Published: 11/27/2013 - Updated: 12/08/2016
Have you ever liked the perfume that someone else was wearing, but when you used it on yourself it did not have the same fragrance? Well, this phenomenon has an explanation.
Perfume has been used since ancient times and has been highly rated since then as an ally of beauty. However, when choosing it, it is not just about the smell: There are other factors that must be taken into account, such as the setting, aroma and even the health of your skin as these are prone to change depending on each individual and situation.
A little history
The Egyptians learned to use natural elements to make essences; they burned or mixed fruit and flower essences and aromas and then fixed them with other elements. In ancient Greece, gymnasts were already using fragrances, powders and oils, among other products for hygiene and beauty.
In the sixth century, perfume was introduced to Japan through China, made by craftsmen who took advantage of gardening flower essences. In the thirteenth century in France, perfume became important as there were "perfumeries" to buy them, and manufacturers were recognised for their profession, making France the cradle of perfume.
Today, many perfumes are synthesised based on substances in laboratories, however there are still producers who make perfumes with the essence of flowers and plants after the process of collecting them in the wild.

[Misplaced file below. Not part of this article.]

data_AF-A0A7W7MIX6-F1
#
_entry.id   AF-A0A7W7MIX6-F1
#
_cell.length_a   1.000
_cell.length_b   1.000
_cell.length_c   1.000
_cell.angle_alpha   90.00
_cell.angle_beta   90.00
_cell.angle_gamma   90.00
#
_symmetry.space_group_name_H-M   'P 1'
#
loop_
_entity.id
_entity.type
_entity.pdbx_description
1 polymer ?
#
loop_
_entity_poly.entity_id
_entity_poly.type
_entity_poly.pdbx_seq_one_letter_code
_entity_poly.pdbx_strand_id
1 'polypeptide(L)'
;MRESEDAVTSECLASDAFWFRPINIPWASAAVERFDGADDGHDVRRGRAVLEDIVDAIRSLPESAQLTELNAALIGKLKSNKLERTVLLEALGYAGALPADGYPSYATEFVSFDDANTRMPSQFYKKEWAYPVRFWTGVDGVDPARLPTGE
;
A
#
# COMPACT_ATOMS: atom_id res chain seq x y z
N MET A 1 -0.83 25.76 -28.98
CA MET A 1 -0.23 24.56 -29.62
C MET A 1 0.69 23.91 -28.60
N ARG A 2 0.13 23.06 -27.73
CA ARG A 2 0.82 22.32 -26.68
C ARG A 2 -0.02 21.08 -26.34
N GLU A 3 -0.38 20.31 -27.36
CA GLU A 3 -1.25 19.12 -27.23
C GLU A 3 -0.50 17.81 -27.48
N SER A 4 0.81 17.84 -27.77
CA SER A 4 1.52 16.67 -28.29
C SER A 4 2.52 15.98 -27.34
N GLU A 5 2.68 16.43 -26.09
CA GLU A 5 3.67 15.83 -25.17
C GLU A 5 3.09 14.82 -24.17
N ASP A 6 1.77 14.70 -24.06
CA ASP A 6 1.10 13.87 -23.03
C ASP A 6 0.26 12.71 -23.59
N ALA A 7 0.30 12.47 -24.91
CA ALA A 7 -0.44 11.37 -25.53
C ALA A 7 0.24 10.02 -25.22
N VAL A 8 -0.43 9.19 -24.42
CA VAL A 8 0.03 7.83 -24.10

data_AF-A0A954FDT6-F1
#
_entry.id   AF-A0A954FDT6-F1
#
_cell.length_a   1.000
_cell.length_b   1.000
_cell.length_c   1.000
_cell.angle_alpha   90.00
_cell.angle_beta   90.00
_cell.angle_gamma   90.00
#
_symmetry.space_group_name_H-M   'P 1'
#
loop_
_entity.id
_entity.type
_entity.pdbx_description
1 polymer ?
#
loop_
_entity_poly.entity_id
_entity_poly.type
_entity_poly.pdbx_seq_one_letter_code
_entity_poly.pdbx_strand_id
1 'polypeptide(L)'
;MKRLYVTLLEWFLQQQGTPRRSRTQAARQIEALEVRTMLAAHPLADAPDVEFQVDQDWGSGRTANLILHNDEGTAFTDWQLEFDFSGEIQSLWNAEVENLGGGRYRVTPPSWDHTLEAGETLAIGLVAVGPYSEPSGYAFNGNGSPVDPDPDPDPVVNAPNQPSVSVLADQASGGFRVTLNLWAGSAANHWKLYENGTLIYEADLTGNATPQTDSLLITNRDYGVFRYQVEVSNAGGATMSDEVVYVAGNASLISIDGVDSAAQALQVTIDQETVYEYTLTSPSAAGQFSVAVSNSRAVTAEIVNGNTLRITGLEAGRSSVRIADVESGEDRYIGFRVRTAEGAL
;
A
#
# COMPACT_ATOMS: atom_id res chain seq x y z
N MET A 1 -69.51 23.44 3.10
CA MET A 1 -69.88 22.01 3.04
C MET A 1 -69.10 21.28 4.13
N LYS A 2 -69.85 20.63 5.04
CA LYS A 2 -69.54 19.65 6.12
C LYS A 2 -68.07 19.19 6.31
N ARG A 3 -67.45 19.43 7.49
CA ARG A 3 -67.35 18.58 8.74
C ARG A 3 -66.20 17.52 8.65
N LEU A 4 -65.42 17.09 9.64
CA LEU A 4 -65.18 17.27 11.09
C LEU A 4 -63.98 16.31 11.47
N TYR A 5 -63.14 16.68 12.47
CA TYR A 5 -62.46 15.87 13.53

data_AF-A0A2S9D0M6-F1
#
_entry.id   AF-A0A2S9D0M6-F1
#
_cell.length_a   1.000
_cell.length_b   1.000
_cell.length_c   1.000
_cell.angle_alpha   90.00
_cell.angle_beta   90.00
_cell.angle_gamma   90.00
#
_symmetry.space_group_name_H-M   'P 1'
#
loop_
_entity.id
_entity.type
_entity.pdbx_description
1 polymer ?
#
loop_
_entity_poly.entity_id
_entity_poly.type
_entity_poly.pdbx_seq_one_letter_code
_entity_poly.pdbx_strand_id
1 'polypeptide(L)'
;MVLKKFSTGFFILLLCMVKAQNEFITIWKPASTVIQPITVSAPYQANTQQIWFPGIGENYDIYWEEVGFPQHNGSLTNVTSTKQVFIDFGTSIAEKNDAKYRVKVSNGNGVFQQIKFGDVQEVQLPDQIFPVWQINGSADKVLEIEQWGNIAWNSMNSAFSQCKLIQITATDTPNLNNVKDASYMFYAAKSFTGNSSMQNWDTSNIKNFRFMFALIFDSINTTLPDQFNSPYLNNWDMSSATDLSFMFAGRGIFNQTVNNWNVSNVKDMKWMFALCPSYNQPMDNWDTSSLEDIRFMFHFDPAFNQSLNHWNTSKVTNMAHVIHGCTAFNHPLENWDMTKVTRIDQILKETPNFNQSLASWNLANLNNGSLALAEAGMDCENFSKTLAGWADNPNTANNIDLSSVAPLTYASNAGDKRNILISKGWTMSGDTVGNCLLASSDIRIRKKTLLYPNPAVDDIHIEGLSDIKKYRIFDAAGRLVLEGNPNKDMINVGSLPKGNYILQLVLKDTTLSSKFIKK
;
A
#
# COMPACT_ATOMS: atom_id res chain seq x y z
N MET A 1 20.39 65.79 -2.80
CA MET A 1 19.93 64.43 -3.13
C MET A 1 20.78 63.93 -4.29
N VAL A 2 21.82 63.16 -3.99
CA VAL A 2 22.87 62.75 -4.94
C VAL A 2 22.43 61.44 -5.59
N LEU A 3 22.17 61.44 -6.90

Perfumes and your skin
The hypodermis is the tissue that lies between the dermis and the epidermis and is referred to as the acid mantle. Its function is to lubricate and protect the skin from bacteria and irritation.
When the hypodermis makes contact with perfume, it reacts with your PH giving rise to a unique aroma. Therefore, your skin type is an important factor when choosing a perfume as it influences the duration and persistence of the fragrance.
Experts recommend that you do not guide yourself by the perfume on a person, but instead by applying on yourself before purchasing it, as the aroma often varies from person to person.
Oily skin: This skin is abundant with natural oils, allowing a better fixation of the perfume and resulting in a lasting and intense aroma. The characteristics of this type of skin can alter the aroma of perfume, which is why it should be tested on the skin before purchasing. For its application, it is advisable to use a little, and only reapply once when you consider it necessary during the day.
Recommended: Citrus, marine and flower essences. Preferably sparse perfumes, with fresh and light flavours. It is recommended to avoid very sweet essences, resinous, or those with smokey and woody scents.
Dry, Sensitive Skin: For this skin type, aromas tend to be less durable, resulting in fleeting scents. You can use more intense perfumes and/or reapply them more often. Try to opt for oil-based perfume.
The kits that include moisturizers and body oils with the same fragrance of your perfume are a good idea. Furthermore, if your skin is sensitive, try to choose products that contain natural ingredients and avoid those whose essences are artificial.
Recommended: Intense and spicy perfumes. Sweet, smokey or woody scents. We recommend avoiding light fragrances with citrus and marine aromas or flower essences, as they do not provide scent for a sufficient enough duration and in some cases, aroma may be almost imperceptible.